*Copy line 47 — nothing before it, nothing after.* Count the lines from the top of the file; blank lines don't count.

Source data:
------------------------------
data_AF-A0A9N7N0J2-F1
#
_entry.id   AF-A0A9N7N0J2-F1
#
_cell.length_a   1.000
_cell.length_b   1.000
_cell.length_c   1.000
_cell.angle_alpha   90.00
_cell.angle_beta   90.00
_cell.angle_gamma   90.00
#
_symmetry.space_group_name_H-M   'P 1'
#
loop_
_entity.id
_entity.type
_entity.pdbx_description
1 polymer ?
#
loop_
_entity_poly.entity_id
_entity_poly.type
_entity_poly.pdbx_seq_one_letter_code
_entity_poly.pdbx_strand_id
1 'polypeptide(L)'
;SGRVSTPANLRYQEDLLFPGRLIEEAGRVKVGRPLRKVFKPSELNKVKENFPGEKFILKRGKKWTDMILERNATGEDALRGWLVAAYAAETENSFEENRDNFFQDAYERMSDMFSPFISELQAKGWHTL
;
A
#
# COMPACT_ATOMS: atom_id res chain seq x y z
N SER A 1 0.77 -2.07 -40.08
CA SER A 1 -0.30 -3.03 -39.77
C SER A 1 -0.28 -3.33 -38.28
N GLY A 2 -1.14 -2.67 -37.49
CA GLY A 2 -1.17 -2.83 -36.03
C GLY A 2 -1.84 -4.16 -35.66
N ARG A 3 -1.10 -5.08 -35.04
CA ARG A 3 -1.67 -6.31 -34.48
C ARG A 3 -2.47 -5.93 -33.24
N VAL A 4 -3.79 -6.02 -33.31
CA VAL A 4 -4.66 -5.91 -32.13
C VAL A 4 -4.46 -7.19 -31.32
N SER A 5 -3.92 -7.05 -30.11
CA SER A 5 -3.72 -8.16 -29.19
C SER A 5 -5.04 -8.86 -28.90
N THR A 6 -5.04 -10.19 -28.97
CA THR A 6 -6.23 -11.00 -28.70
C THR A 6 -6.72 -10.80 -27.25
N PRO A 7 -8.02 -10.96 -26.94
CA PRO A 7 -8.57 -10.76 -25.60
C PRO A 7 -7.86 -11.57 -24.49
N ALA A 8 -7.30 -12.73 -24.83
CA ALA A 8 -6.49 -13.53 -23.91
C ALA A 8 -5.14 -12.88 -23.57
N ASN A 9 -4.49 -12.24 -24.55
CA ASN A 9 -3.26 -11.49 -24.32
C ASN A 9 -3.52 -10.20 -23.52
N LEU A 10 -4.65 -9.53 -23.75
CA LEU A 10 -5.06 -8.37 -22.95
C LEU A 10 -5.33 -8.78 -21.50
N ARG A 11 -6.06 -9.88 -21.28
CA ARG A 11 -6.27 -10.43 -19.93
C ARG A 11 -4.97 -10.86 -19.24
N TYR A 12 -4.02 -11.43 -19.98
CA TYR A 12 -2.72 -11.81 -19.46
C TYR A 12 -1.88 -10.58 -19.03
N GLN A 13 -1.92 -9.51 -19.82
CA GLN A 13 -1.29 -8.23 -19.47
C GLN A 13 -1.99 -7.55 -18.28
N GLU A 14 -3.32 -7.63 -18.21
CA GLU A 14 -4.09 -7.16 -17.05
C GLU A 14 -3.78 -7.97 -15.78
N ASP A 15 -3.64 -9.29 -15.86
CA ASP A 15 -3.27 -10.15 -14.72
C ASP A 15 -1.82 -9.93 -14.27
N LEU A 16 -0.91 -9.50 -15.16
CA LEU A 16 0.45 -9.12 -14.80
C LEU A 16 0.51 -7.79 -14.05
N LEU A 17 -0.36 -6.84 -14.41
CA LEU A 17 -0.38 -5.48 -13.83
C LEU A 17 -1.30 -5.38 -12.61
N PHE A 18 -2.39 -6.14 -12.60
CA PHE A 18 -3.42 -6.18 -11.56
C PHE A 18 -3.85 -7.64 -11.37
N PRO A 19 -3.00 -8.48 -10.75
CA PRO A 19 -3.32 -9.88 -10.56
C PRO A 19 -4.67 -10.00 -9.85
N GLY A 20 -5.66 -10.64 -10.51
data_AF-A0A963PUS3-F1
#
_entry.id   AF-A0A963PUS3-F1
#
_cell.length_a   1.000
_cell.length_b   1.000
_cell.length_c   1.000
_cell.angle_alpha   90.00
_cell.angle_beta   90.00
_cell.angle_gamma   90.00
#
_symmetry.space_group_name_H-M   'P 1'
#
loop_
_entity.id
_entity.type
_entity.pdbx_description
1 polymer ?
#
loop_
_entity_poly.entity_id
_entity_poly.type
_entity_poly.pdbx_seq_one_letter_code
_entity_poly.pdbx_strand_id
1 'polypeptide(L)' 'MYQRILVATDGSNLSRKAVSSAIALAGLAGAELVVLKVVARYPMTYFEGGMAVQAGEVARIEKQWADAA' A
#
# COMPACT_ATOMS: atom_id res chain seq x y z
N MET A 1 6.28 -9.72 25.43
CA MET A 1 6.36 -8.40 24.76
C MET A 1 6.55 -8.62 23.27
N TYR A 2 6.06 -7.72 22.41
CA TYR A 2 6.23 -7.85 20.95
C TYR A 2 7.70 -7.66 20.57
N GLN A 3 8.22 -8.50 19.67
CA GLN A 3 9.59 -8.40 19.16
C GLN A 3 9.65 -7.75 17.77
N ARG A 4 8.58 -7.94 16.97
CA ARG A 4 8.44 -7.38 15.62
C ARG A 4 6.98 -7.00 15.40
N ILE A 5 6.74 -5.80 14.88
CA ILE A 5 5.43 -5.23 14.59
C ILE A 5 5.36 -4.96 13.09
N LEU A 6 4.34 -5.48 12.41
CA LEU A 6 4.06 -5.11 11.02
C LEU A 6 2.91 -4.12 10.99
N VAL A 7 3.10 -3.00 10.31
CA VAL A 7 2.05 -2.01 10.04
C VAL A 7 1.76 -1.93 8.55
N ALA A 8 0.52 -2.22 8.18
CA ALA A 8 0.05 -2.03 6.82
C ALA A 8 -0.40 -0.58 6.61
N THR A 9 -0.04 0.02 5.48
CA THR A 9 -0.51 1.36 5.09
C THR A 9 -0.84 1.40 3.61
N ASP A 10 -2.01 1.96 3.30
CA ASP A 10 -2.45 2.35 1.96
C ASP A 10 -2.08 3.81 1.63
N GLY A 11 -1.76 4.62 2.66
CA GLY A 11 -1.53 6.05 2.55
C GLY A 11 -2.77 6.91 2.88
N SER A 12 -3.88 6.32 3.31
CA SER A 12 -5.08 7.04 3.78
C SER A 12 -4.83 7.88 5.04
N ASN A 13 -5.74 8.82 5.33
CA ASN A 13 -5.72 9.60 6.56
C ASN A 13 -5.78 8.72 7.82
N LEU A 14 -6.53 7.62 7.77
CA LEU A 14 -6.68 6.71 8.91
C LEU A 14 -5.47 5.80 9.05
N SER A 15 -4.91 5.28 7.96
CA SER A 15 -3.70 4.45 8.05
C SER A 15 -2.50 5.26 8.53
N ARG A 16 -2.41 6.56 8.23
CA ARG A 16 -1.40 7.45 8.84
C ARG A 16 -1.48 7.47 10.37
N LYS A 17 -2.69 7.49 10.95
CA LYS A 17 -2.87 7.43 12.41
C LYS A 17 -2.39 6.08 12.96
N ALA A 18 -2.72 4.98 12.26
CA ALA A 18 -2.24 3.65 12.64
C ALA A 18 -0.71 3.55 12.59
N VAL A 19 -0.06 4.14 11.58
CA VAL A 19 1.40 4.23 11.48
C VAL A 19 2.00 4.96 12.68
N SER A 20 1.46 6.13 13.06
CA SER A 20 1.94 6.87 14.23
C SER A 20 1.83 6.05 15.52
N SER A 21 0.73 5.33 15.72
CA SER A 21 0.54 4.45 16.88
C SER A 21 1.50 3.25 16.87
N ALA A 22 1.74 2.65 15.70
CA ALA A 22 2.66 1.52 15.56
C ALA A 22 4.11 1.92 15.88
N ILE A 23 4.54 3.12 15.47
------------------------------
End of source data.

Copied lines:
CA THR A 6 -6.23 -11.00 -28.70